Discussion in 'Engines' started by gft, Jan 3, 2013.
Can anyone explain what 2 to 1 reduction gears means for a boat with 800 manns
engine turns 2x faster than the prop.......
or the gear reduces the engine rpm to the prop shaft in the ratio of 2:1
Is that a positive option on the man diesels
2:1, 800 hp, probably 56 to 64 footer. Usually a TD 5114 gear. Yep, sounds pretty standard.
So, gft, are you doing homework, daydreaming or just wondering about things?
Sold my 45 Viking looking to move up, looking at a 50 or 55, the 50 makes a large point that the boat is one of the few 50's built with the 2 to 1 reduction gear, as if to say it is a good feature, just trying to see if it is good or bad. The 800's in a 50 seems under powered
Generally the slower a prop turns the larger (in diameter) it can be and the more efficient it will be, with other benefits like reduced load variation in heavy seas and reduced vibration.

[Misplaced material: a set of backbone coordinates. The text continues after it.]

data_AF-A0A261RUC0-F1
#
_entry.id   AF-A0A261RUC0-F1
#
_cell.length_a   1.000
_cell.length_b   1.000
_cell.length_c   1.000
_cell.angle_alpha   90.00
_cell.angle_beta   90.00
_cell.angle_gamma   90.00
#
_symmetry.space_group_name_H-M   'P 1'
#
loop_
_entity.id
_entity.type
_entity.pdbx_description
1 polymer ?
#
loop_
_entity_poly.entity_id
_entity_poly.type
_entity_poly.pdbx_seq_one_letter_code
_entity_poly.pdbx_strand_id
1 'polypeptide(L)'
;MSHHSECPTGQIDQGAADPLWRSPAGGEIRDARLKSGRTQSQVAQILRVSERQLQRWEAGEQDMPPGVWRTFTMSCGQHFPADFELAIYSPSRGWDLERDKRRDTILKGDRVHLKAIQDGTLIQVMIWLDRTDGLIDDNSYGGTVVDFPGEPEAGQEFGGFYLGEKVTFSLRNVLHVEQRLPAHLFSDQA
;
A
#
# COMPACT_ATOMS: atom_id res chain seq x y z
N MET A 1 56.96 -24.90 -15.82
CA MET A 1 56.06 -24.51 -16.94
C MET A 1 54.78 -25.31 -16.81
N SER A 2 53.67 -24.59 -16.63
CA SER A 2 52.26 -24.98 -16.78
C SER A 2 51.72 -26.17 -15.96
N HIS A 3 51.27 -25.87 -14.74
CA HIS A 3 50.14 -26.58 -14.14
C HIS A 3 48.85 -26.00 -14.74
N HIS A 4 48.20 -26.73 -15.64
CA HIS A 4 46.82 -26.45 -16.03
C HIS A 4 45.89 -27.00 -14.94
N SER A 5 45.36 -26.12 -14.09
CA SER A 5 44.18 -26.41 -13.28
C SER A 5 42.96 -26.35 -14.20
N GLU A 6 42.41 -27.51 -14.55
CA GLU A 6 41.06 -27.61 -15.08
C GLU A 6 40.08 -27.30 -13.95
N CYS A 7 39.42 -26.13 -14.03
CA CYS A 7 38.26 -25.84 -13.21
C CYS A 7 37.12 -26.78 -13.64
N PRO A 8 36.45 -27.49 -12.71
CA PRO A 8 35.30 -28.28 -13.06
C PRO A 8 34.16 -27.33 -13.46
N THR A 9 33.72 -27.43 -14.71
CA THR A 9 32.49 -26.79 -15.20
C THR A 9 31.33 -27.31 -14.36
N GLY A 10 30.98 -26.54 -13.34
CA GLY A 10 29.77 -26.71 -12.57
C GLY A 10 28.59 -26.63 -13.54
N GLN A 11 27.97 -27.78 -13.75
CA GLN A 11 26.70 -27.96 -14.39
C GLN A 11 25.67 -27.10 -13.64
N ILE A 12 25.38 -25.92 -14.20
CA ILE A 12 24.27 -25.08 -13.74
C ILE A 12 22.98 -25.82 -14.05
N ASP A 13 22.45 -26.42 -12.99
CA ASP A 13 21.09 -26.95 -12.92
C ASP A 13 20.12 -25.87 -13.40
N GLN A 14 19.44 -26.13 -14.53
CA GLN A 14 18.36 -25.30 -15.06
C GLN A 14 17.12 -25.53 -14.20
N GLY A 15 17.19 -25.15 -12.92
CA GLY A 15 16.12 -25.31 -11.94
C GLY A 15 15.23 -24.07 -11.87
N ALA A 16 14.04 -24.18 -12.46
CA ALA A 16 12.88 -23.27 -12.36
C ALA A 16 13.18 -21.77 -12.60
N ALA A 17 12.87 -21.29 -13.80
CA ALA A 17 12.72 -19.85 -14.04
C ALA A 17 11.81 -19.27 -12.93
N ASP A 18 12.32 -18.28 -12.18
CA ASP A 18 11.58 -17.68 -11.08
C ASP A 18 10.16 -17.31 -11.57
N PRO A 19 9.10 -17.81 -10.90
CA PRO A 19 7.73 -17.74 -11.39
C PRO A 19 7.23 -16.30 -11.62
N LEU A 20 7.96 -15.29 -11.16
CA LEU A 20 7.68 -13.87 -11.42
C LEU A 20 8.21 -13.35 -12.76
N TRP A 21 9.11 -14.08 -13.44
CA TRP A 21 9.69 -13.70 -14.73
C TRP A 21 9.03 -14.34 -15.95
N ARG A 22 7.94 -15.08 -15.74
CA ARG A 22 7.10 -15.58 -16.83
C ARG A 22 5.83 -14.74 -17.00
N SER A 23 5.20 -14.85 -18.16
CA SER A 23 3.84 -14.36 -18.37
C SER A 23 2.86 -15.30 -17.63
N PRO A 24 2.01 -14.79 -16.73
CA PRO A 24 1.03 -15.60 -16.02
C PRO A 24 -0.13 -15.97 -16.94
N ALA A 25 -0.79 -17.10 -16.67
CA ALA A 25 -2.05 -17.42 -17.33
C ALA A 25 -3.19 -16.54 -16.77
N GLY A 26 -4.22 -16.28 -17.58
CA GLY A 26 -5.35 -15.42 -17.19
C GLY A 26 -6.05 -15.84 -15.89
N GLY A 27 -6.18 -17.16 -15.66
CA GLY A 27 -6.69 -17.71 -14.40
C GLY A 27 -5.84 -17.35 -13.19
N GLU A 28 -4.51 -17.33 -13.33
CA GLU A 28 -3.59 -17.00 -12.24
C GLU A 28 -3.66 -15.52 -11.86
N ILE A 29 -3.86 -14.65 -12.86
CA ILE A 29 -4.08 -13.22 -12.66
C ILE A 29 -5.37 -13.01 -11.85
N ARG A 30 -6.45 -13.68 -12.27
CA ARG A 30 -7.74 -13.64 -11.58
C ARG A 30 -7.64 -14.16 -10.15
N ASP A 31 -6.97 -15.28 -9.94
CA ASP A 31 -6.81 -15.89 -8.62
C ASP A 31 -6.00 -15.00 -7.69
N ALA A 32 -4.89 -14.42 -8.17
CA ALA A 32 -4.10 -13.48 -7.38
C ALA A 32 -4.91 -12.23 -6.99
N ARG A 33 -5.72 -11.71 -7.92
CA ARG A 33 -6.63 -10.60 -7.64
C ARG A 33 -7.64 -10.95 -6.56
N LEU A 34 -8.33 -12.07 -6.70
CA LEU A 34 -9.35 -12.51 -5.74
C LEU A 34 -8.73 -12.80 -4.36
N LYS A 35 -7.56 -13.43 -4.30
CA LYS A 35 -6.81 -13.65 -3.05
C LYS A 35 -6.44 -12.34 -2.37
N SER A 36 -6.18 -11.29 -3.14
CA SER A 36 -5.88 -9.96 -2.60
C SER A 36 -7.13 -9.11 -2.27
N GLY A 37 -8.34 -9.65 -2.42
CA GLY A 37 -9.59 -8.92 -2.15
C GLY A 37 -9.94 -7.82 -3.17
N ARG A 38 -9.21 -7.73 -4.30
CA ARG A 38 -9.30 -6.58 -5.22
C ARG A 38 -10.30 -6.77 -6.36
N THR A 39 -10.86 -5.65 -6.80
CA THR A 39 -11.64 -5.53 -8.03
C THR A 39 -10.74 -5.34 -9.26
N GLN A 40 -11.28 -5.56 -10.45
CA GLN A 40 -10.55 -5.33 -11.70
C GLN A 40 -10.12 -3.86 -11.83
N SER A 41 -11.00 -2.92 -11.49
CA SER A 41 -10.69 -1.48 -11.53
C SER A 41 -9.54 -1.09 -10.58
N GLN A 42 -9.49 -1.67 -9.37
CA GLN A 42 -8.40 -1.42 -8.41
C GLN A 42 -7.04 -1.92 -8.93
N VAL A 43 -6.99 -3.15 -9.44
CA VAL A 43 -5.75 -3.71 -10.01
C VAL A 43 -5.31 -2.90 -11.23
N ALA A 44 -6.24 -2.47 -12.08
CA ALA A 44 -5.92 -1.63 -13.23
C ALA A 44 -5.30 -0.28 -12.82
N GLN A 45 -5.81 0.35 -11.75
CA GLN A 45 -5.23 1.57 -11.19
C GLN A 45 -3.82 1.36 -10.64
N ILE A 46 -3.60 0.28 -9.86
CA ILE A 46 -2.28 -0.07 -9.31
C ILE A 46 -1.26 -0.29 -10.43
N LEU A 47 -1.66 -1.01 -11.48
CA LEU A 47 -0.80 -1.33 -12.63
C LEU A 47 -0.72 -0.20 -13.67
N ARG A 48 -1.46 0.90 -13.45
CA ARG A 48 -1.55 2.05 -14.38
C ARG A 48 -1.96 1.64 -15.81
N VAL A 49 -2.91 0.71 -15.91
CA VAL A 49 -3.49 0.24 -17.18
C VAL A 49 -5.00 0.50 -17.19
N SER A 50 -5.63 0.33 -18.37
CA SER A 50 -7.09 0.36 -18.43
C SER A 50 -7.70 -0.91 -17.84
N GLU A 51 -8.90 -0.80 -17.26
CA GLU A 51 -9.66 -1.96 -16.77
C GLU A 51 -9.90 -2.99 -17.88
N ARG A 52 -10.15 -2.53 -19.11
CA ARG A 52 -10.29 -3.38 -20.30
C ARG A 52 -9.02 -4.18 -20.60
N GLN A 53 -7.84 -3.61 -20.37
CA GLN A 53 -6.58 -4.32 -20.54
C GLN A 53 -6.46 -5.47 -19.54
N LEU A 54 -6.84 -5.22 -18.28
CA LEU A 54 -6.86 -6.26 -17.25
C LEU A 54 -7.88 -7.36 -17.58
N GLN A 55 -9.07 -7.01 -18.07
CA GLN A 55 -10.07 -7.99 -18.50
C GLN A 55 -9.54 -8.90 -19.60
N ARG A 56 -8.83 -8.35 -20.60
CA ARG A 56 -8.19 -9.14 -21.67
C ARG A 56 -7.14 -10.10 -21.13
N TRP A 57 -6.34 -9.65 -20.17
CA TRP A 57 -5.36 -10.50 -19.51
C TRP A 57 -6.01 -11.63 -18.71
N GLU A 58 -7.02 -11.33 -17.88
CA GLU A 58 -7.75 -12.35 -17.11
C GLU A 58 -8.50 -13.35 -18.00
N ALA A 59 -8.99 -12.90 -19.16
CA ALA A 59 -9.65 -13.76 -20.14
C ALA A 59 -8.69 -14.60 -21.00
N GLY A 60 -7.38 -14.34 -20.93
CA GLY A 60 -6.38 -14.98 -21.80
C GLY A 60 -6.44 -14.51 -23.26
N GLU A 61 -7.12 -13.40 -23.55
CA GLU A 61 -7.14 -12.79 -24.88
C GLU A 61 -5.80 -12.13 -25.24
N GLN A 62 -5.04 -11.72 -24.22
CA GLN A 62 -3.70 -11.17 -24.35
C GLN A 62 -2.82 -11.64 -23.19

I assume that is an older boat with mechanical engines vs electronic controlled common rails. I was looking at a new Viking in 2007. The 45 came standard with 900 hp CRD's with 1100hp as the prefered option. Not that this answers your question.
I believe the 2:1 ratio would allow you to swing either a larger diameter or higher pitched prop. Under the right circumstances this can get you higher speed out of the same HP in the same hull.
I would suggest a lot more research. PM me if you want to talk to two people that are very expierenced with MAN and Viking running gear. They are both in NJ and may have worked on the set up of this boat.
When we built a 61 in 1998 with 900's everyone thought it was HUGE power! I'd say the 800's in that size should provide good economy with "decent" performance by todays standards, not a 40+ knot screaming battlewagon but a respectable cruise speed and a LOT more friendly at the fuel dock. Something we'll probably be seeing more of in the future.
2;1 gears let you swing a bigger wheel more slowly which can mean less cavitation and more efficiency (=less slip). As long as you have adequate tip clearance for the bigger wheels and suitable shaft diameter (deeper reduction puts more load on drivetrain), it should be fine.